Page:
Homework: Is it Effective?

Coming home from work, team practice, hanging out with your friends, or even from school, the last thing that’s on your mind is doing more work than you have to. That is what many students face when it comes to homework.

According to an article by usnews.com, on average, students in the United States can receive as much as 17.5 hours of homework a week with each teacher assigning about 3.5 hours of homework. Homework usually consists of reviewing material that they learned in class to work that teachers were unable to complete in class thus making it homework. While homework is seen as a necessity that can enhance the student’s knowledge of the material they learned in class, others view it as a nuisance; work that is unnecessary and simply a waste of time. A question that is continuously brought up is the effectiveness of assigning homework to students; does it help the student at all? If so, what is considered too much?

“Sometimes homework is another burden” says Kache Foreman, a senior at Academy of American Studies, “I understand how homework helps us reinforce our knowledge in the classroom, but there’s a limit where it’s too much for one to handle. Teachers sometimes go over the limit which then makes it a burden.”

With the amount of work that has to be completed, a student’s social life might be affected severely as they will have little to no time for anything other than homework.

The main issue is that some students in prestigious schools such as the specialized high schools, Bard High School Early College (Manhattan and Queens), Eleanor Roosevelt High School, Millennium High School, NEST+m (New Explorations into Science, Technology and Math), Townsend Harris, and many others prioritize school work over life in general because according to an article written by insideschools.com, what they do now will mean the ticket to college.

While some students are able to handle the heavy workload and have a social life, some don’t have the time because of the stress caused by homework. According to Clifton B. Parker, a researcher at Stanford University, “56 percent of the students considered homework a primary source of stress, and  33 percent put the pressure to get good grades in that category.” These could lead to potential problems in the future which can include being uncomfortable talking to others. This may impact situations like job interviews, or just meeting someone new. This lack of socialization can create anxiety or nervousness when speaking to a group or large crowd of people.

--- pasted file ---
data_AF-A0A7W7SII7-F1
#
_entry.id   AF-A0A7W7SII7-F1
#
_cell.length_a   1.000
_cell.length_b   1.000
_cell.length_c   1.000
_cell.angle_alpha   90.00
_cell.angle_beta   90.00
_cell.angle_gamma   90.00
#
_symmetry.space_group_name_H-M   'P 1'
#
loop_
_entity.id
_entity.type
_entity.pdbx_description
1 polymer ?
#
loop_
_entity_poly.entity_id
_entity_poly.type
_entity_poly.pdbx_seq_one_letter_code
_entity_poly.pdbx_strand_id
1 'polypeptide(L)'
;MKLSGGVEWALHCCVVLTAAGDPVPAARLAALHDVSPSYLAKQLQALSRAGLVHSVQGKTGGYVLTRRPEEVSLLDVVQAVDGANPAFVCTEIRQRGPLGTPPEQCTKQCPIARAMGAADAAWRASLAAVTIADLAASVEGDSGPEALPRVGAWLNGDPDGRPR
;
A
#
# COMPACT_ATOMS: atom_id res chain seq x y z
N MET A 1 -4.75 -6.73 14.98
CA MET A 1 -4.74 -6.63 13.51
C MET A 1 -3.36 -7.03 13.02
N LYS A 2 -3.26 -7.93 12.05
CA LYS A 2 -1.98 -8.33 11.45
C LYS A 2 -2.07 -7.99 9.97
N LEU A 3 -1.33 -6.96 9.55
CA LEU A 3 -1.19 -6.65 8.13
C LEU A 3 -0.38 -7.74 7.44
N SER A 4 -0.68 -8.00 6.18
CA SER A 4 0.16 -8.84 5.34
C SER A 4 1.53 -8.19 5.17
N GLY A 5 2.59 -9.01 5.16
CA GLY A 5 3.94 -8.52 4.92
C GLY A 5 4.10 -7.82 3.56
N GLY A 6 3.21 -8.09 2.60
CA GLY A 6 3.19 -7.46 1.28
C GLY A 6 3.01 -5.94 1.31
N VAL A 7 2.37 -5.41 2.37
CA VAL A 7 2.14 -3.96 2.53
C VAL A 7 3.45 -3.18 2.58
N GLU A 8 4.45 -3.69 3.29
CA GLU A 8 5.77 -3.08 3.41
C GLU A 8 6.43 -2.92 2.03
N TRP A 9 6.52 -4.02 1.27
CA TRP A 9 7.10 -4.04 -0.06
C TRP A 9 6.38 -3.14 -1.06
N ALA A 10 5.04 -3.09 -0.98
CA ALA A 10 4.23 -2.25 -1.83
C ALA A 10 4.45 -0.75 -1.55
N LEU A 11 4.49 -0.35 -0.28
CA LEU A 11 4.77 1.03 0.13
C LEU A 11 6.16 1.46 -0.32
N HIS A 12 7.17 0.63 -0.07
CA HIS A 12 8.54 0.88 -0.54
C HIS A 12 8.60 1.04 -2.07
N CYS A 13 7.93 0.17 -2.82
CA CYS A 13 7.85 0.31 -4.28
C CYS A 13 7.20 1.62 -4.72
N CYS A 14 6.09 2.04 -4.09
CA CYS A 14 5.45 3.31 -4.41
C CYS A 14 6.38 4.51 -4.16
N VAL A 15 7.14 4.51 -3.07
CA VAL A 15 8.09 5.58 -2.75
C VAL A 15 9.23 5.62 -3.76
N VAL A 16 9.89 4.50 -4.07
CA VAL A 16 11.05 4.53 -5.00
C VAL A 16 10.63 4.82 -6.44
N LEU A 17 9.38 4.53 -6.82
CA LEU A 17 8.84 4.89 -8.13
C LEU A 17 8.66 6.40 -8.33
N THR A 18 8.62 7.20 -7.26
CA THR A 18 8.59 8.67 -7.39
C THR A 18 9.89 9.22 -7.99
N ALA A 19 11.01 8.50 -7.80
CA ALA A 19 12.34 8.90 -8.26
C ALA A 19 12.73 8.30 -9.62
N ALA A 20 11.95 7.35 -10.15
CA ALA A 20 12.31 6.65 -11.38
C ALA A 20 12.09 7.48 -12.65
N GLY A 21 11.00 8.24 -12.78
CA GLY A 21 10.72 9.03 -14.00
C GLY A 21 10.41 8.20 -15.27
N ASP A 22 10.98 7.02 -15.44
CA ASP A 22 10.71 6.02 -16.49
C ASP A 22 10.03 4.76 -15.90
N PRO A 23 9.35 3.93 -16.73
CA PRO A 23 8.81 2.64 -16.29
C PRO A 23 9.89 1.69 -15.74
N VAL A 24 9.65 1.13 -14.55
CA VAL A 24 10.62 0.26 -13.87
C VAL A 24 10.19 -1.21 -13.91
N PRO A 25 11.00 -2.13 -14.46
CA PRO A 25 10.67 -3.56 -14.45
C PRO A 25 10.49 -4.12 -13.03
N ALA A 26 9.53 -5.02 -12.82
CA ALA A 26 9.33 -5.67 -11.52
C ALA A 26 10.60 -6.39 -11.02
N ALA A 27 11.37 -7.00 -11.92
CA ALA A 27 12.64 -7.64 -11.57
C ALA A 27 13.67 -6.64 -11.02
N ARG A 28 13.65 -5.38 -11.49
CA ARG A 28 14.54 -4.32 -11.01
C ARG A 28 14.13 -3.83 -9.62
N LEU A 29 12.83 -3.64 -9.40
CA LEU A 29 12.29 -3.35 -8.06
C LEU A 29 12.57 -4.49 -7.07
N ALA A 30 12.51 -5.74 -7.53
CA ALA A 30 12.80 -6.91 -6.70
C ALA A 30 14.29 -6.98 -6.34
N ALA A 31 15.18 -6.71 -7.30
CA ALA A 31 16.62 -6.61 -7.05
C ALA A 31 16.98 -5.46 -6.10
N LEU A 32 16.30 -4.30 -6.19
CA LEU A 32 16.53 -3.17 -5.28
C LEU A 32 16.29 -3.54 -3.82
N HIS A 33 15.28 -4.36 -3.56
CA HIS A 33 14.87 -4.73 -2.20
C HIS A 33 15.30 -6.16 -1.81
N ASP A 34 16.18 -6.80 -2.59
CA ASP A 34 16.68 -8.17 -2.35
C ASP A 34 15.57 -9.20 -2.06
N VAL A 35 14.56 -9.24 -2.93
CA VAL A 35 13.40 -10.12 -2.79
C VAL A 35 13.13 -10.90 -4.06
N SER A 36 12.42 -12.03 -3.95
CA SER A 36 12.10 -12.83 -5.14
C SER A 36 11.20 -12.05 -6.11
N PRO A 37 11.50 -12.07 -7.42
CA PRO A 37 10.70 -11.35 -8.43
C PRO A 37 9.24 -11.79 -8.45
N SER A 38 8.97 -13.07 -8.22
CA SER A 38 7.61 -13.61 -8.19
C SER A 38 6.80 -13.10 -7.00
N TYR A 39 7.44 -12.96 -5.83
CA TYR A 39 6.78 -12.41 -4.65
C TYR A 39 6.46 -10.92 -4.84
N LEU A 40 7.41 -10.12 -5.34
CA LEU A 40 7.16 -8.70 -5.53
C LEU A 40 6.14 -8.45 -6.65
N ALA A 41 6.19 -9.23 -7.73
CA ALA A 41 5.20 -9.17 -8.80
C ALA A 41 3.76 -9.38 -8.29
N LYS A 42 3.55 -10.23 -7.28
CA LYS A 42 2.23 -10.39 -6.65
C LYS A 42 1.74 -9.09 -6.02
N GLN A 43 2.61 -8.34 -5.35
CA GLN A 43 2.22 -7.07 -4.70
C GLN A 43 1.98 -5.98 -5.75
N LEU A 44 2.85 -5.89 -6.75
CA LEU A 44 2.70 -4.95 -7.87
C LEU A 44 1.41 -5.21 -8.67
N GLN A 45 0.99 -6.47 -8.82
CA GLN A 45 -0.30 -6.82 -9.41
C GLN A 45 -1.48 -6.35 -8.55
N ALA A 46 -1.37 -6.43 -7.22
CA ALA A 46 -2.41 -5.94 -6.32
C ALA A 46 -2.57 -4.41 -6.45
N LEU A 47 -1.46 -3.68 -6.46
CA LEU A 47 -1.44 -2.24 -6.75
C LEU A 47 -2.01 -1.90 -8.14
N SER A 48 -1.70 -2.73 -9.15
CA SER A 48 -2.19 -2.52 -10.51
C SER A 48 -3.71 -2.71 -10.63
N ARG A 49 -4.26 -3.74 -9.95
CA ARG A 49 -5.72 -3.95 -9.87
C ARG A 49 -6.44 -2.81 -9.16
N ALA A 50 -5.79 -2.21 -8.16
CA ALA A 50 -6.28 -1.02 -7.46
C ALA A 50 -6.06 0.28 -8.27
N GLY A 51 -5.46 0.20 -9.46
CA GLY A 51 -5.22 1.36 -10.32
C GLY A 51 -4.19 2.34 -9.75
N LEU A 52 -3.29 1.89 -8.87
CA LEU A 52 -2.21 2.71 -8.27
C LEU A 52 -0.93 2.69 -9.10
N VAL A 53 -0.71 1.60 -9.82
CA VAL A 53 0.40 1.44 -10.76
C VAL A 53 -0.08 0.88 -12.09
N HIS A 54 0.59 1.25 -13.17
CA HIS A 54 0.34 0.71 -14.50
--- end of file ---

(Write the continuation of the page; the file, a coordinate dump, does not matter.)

This doesn’t have to be the case. People can get a high quality education without the heavy workload or stress that many face in the United States.

According to an article published by The Telegraph in March of 2015, students in Finland get an average of 2.8 hours of homework a week yet their test scores and education overall is still one of the top in the world. On the other hand, students in the United States on average have 6.1 hours of homework a week, yet our country is trailing behind Finland within the education rating system. However, it must be kept in mind that the demographics in both countries are greatly different. 89% of the population in Finland is from there while in the United States, except for Native Americans, almost everyone is from another country. The United States is way more diverse than Finland, which might be a contributing factor to the correlation of homework and test scores.

There are signs of changes in effect in some classrooms across the country where teachers are no longer assigning homework to their students. The chances of changing the status quo nationwide could take years as there will always be conflicts between the two ideas.

Written by Sammy Jiang


Filled to the Brim


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Photo Courtesy: Tatiana Garcia